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News & Events for the Smith College Community
Smith Arts April 17, 2020

Connecting Voices, Creating Poetry

Collage of selfies, including students and professors with a range of gender presentations. In the middle is "renga" against a blue background
Pictured left to right: Maggie Olszewski ’23, Sean Joyce-Farley ’20, Allex Dawn ’21, Bill Hagen, Arda Collins, Matt Donovan, Ellen Doré Watson, Clare O'Gara ’22, Jen Blackburn, Rosetta Cohen and Floyd Cheung. Design Credit: Lauren Anderson

People around the world are finding creative ways to stay connected during the pandemic, from Tik Tok dances to Zoom-based yoga classes. Now, thanks to Smith faculty, students and staff, we can add poetry to the list. Floyd Cheung, vice president for equity and inclusion, English professor and published poet, recently approached Poetry Center Director Matt Donovan with the idea of engaging the Smith community in creating a poem about life in the time of COVID-19.

“I just thought it was a brilliant idea,” Donovan says. “Here was a way for us to be connected. Here was a way for disparate voices to come together and to share emotions and language.”

The result comes in the form of a poem known as a “renga,” a genre of Japanese collaborative poetry that became the basis for the modern haiku. A renga often focuses on a season and uses imagery from the natural word. One poet writes the first stanza, which is then sent to the next poet. Each poet writes two or three lines and has the option to write a complete thought or leave their contribution open-ended. Writers see only the lines that immediately precede their own.

For Smith’s renga, Donovan wrote the first three lines, and the honor of contributing the last section went to Ellen Doré Watson, former Poetry Center director and current Grace Hazard Conkling Writer-in-Residence.

The 30-line poem, titled “Voices from Afield Smith College Renga #1,” which appears below, is a hauntingly beautiful snapshot of life as we know it now. “I think all of us are essentially saying the same thing in this moment of feeling alienated and anxious and longing for something other than this,” Donovan says.

Cheung agrees. “I think most of us started to meditate on distance and connection, and wondering what are some of the human intersections with natural connection and disconnection,” he says.

As the title implies, this poem is only the beginning. Cheung and Donovan are hoping that others in the Smith community, including alumnae, will contribute to future rengas. “We want to be as inclusive as possible,” Donovan emphasizes. “What’s really important for us is that anyone who might be interested understands that no experience with poetry is required. It’s also not meant to cause more stress, so participants should plan on submitting their lines in the poem within 24 hours of receiving the preceding lines.”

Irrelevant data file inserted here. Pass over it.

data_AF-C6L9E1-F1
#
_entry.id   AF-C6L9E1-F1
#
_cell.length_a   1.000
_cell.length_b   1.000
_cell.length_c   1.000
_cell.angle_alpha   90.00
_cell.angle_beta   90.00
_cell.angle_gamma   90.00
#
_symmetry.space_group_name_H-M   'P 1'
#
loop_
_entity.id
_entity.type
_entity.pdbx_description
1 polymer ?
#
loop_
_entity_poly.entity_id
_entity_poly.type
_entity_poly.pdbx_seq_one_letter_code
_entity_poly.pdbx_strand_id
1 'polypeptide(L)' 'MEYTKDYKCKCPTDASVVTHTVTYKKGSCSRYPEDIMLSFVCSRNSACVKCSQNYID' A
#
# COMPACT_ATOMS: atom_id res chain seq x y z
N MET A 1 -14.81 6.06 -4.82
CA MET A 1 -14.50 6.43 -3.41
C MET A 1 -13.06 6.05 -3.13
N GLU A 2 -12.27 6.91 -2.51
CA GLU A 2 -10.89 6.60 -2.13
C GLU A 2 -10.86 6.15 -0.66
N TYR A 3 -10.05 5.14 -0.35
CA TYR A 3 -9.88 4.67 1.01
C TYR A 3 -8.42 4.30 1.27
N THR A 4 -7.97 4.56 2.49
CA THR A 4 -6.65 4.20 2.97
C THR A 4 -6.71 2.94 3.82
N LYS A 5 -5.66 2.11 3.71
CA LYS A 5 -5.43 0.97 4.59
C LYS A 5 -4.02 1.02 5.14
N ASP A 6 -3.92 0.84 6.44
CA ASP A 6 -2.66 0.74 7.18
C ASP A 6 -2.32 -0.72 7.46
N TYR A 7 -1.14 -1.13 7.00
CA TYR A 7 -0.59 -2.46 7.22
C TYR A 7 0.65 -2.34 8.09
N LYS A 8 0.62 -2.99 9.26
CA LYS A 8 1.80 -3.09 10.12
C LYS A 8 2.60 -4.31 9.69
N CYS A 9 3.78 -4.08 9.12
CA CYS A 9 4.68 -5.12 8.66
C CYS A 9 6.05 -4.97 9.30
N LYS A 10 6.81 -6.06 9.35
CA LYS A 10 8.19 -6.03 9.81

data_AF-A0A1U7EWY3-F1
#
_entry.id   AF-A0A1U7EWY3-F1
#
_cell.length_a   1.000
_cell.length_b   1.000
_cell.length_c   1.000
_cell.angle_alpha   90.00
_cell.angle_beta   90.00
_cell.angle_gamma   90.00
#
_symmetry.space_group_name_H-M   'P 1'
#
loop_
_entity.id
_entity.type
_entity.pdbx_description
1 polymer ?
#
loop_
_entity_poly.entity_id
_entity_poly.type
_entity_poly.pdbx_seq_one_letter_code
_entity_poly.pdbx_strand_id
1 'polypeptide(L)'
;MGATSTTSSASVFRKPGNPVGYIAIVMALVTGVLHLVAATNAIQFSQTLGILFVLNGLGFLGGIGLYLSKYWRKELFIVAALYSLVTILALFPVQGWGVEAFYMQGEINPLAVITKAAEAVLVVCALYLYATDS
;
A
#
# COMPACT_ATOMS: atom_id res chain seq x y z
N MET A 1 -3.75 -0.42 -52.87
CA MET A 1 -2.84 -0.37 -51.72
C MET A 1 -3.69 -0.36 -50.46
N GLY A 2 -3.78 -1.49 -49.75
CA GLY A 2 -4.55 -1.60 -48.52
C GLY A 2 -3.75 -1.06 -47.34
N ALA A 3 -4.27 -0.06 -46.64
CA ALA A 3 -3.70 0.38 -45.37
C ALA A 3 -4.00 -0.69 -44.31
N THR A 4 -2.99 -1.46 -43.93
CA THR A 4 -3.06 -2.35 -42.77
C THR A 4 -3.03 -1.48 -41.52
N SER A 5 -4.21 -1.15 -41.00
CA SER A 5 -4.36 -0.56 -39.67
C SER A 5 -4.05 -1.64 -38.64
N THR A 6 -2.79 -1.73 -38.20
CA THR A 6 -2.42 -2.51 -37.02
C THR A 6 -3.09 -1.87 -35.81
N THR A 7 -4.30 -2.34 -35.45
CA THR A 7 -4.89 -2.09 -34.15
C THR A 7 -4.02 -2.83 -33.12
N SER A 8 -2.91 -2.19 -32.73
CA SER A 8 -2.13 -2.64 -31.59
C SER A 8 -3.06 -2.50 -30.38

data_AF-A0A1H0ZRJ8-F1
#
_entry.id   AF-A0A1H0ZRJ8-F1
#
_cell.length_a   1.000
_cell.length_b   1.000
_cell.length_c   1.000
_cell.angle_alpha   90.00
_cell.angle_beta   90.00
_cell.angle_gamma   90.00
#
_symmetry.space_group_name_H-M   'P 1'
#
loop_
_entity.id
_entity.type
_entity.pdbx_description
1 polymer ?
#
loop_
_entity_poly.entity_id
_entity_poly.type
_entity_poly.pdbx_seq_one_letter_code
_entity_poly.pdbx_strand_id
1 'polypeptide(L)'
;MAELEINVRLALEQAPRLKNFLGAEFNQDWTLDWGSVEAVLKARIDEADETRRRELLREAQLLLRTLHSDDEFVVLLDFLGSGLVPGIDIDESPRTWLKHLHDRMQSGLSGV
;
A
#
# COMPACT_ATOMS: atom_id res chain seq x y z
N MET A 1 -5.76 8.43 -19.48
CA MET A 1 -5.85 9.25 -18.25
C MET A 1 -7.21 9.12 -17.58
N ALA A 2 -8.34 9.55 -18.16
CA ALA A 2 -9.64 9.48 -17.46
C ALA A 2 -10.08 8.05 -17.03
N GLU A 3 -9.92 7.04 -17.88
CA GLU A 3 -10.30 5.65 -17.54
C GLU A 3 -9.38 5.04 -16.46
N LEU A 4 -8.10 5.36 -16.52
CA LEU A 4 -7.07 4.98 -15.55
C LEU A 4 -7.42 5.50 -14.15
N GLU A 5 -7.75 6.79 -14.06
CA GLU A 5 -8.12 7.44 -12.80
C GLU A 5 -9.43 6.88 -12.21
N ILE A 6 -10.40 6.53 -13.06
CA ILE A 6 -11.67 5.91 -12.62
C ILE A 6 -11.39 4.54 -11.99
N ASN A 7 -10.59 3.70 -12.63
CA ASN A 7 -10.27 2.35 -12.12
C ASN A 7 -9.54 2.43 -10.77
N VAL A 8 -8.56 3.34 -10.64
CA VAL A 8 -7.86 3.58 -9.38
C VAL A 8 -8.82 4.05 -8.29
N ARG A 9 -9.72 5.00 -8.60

Depending on the response and how many rengas are produced, there is the possibility of eventually creating a chapbook, which would stand as a unique document of this unprecedented moment in history.

In the meantime, Cheung’s personal take on reading poetry in general is inspiration enough to dive in right now. “Sometimes stress can make my mind spin faster and faster, and I get caught in an anxious spin,” he says. “Some poetry slows me down to notice an individual line or word or image. And that intentional slowing down can help me feel better.”

Smith students, faculty, staff and alumnae are encouraged to participate in the renga project. In addition, Poetry Center staff have put together a digital Poetry Center Care Package, which can be emailed upon request.

Voices from Afield
Smith College Renga #1

with stanzas from Matt Donovan, Clare O'Gara ’22, Rosetta Cohen, Ira Goga ’20, Floyd Cheung, Arda Collins, Sean Joyce-Farley ’20, Jen Blackburn, Allex Dawn ’21, Bill Hagen, Maggie Olszewski ’23, and Ellen Doré Watson 

More news scrolling, yet more FaceTime,
mugs of ginger tea & the slow, dizzying work 
of spring snow erasing the daffodil stems.

Sailboats on the Willamette River only touch
accidentally. We are suddenly similar to them,

moving stiffly across aisles and sidewalks, oar-arms
straight at our sides. Today, a somber hawk, perched low
on a stripped birch branch, watched us walk

with gold and burning eyes, but no sun to be seen. 
Each day like a grey coat I take on and off

cocoons my grief and yet cracks open each night 
with virtual choirs, phone calls, and time to read

the light in the trees across the afternoon
on the small hill tomorrow. What wouldn’t
be still spirals into the invisible

eddies spun by the dog’s lapping tongue 
in the water dish. Who wouldn’t be

jealous of two birds
perching (not even) one wing's
full distance apart?

I watch them from my shattered glass window, 
longing to escape my existence.

Clouds drift in a sunless sky,
the sweet scent of earth washes
memory from my mind.

Birds fly by in the shape 
of a hand. All I remember is missing this. 

Come here, little sinking heart. Yes, I used that word.
Look, the finches have turned from olive-drab
to lemon-yellow overnight. This is not nothing.